Copenhagen consumed international climate attention in 2009, culminating in the pre-dawn hours of December 19 when final touches were put on an accord directly brokered by President Obama and a handful of key developing country leaders. While many questions remain after Copenhagen, our summary of the conference provides a sound starting point for grasping what transpired at the year’s largest climate event.
The lead-up to 2009’s main events required a great deal of work, and some of the year’s highlights include the detailed Blueprint for Climate Action released one year ago this month by the influential business-NGO coalition U.S. Climate Action Partnership (USCAP). More industry leaders also showed support for mandatory climate action by joining our Business Environmental Leadership Council (BELC). And efforts to reach business communities, employees, and families expanded through the Make An Impact program. In partnerships with aluminum manufacturer Alcoa and utility Entergy, we continue to provide individuals with strategies to save energy and money while protecting the environment.
We continued to educate policy makers and opinion leaders, producing reports, analyses, and fact sheets on topics ranging from clean-energy technologies, climate science, competitiveness, and adaptation. Featuring expert insights and thoughtful opinions, we informed broad audiences about the immediate need for climate action. And our timely, relevant work moves forward in 2010 as we seek progress in addressing the most important global issue of our time.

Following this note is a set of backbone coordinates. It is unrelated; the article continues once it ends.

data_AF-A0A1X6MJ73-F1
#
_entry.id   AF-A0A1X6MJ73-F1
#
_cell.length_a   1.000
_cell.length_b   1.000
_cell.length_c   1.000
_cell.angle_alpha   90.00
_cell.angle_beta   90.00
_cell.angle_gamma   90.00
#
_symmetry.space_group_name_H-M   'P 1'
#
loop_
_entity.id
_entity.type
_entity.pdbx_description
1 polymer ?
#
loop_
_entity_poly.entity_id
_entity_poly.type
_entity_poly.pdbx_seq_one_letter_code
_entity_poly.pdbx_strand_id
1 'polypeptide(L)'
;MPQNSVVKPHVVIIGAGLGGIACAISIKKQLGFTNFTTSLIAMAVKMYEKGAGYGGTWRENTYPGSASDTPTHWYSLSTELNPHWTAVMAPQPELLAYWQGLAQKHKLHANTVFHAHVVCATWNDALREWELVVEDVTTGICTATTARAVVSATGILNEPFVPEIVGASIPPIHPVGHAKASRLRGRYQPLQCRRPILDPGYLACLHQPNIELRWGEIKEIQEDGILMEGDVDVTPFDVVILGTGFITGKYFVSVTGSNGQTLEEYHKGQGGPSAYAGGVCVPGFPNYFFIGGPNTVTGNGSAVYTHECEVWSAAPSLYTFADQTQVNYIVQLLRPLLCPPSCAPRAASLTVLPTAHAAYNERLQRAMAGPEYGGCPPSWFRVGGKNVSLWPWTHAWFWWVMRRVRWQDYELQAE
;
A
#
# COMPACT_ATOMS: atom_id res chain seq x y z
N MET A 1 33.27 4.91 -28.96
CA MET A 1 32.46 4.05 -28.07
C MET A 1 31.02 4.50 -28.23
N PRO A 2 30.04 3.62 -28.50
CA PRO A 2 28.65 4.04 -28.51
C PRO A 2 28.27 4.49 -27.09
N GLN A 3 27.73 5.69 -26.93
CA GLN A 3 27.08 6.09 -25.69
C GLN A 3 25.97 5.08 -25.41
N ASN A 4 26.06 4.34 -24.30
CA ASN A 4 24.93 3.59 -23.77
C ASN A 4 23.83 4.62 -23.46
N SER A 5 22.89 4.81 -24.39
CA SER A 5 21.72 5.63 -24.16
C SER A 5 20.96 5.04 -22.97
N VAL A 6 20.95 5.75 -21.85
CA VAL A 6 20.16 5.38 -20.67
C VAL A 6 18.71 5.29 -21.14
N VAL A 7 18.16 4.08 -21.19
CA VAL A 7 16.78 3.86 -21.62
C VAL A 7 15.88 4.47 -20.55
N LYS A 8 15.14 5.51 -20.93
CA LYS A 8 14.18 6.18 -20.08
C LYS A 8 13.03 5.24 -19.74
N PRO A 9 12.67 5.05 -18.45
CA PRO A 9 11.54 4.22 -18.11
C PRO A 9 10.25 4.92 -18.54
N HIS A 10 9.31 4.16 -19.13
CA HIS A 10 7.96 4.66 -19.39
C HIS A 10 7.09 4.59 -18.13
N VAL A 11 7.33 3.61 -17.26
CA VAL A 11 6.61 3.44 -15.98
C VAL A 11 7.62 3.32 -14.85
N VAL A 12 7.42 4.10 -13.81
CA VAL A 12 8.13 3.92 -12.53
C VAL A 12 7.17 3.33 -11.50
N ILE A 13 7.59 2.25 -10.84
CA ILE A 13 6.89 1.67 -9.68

Tom Steinfeldt is Communications Manager
As President Obama called for U.S. leadership in clean energy technology in a speech at MIT Friday, up on Capitol Hill members of the U.S. Climate Action Partnership (USCAP) demonstrated how they’re already putting innovative ideas into practice.
At a Clean Technology Showcase, we joined six corporations and fellow USCAP members to present cutting-edge solutions to a low-carbon future. While the displays varied from solar shingles to renewably-sourced swimwear to advanced coal technology, all participants agreed that making these solutions mainstream requires enacting comprehensive energy and climate legislation. Economy-wide federal policies that put a price on carbon and deliver incentives for clean energy development and deployment are today’s big missing ingredient.